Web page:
SEmG

Crewkerne

It would be a bold person who claimed that, unlike other places, the coming of the railway to Crewkerne led to a booming population because the number of residents stayed remarkably stable for the first 100 years of railway service! The station was built in 1859 and opened with the L&SWR main line to Exeter Queen Street on 19th July 1860. The entire line was double-tracked by July 1870, but was reduced to single-track again in May 1967.
 
The eastern end of station buildings seen from beyond the closed down platform.

photograph by Chris Osment

Crewkerne
 
The station is situated about a mile outside of the town on the edge of the village of Misterton. The much-gabled station buildings were built of stone on the Up platform and, apart from the forecourt canopy, are little altered today from their original form. The station master used to occupy quarters in the three-storey section of the buildings. Adjacent to the road overbridge at one time was a water tank on a tall stone base, but the tank was removed many years ago and replaced by a gabled roof; the building is now let out for commercial purposes.

The line through the station is on a 1 in 250 gradient up towards Exeter which is an easing of the 1 in 80 westerly uphill gradient on both approaches. The main goods yard was on the Up side, with some additional sidings on the Down side. The restricted site meant that all the main point connections were concentrated in a fairly small area of level ground, with a noticeable drop down of the main line eastwards towards Yeovil Junction when compared against the level sidings. For main years the Up yard had several wagon turntables and was one of the last haunts of the faithful shunting horse.

The layout was controlled by a small wooden L&SWR signalbox situated on the Up platform, which was opened circa 1875 with only a 12 lever frame - no shunting signals were provided here at all. This signalbox was closed on 6th November 1960 (and subsequently demolished) and replaced by a modern brick-built box a few yards further east beyond the end of the platform. This had a 24 lever frame and at long last Crewkerne got a full set of shunting signals! In December 1962 several of the main running signals were replaced by colour lights, a rather eclectic mixture which included a 4 aspect Down home and a searchlight pattern Down Starting.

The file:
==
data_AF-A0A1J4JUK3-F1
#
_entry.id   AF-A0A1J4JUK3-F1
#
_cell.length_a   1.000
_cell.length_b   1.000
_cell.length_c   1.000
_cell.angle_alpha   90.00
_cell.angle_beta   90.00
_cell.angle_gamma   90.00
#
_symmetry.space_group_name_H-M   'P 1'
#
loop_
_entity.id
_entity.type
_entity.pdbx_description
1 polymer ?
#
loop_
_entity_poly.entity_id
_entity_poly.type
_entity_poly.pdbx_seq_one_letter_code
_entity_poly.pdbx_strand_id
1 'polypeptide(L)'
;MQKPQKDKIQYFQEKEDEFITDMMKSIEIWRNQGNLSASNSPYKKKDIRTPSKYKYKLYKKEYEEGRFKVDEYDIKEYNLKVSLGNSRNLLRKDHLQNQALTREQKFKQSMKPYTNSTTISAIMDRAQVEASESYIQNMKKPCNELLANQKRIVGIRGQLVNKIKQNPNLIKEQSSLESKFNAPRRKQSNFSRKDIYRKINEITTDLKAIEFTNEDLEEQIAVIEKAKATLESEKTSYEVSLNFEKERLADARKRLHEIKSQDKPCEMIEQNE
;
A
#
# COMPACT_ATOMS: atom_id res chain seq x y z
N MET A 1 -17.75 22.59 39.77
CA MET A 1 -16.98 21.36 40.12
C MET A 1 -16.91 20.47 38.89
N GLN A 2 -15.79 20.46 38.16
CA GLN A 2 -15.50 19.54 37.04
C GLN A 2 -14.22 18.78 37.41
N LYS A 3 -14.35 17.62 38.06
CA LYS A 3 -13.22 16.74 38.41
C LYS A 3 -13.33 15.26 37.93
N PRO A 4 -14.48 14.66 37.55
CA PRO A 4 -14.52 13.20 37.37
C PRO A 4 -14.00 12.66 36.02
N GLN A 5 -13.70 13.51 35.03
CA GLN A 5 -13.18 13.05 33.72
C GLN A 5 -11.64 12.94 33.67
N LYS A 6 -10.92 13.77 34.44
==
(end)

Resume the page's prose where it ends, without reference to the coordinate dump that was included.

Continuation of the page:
Crewkerne Station's brief moment of fame came when, on 24th April 1953, Merchant Navy class locomotive 35020 Bibby Line hauling the 4.30pm Exeter Central to Waterloo service broke its crank axle while passing through the station at about 70mph. In the ensuing mechanical disruption a flying brake block struck a stanchion supporting the platform canopy, causing part of it to collapse, while another brake block struck the bridge abutment. Fortunately there were no human casualties. It was this incident that precipitated the rebuilding of the Merchant Navy class. The station canopy was rebuilt later and the changes are still recognisable today.

 
Crewkerne Evidence of the repaired station canopy can still be seen today.

photograph by Chris Osment

 
The goods yard closed on 18 April 1966 and the new signalbox closed on 26th February 1967. The Down platform was taken out of use on 7th May 1967 and the line was reduced to a single track, the section initially extending from Chard Junction as far east as Sherborne, but subsequently only as far as Yeovil Junction. With the improvement in fortunes of the line in recent years the surviving (Up) platform was extended eastwards in 1992 in readiness for the new 'Turbo' trains. This extension passes in front of the former signal-box, which is now boarded-up and used as a permanent-way hut(?). Many of the buildings in the goods yard are still in place and in use under private ownership; the down yard is used by a coal merchant and the unused down platform still exists, but bereft of any buildings.
 
The now closed signal box carries a Network SouthEast nameplate though the locals will query whether the location counts as being in the south east! The NSE area, of course, stretched as far as Whimple. Note the NSE lamp-posts behind the fence.

photograph by Chris Osment

Crewkerne
 
About half a mile west of the station is Crewkerne Gates level crossing. Originally this had its own ground frame working protecting signals, but these were taken out of use when the gates were replaced by automatic half barriers in November 1967. The crossing keeper was provided with a house which still stands adjacent to the crossing. Another half mile further west is the 205 yard long Crewkerne tunnel.
 
Crewkerne The front of the station buildings photographed early in the evening on 9th July 2004.

photograph by Chris Osment

 
Another view of the closed signalbox, with the old goods shed behind.

photograph by Chris Osment

Crewkerne
 
Crewkerne In this view Mother Nature can be seen to be getting a good hold on the old water-tower, which is on the up platform next to the overbridge!

photograph by Chris Osment

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This page was created 1 August 2004

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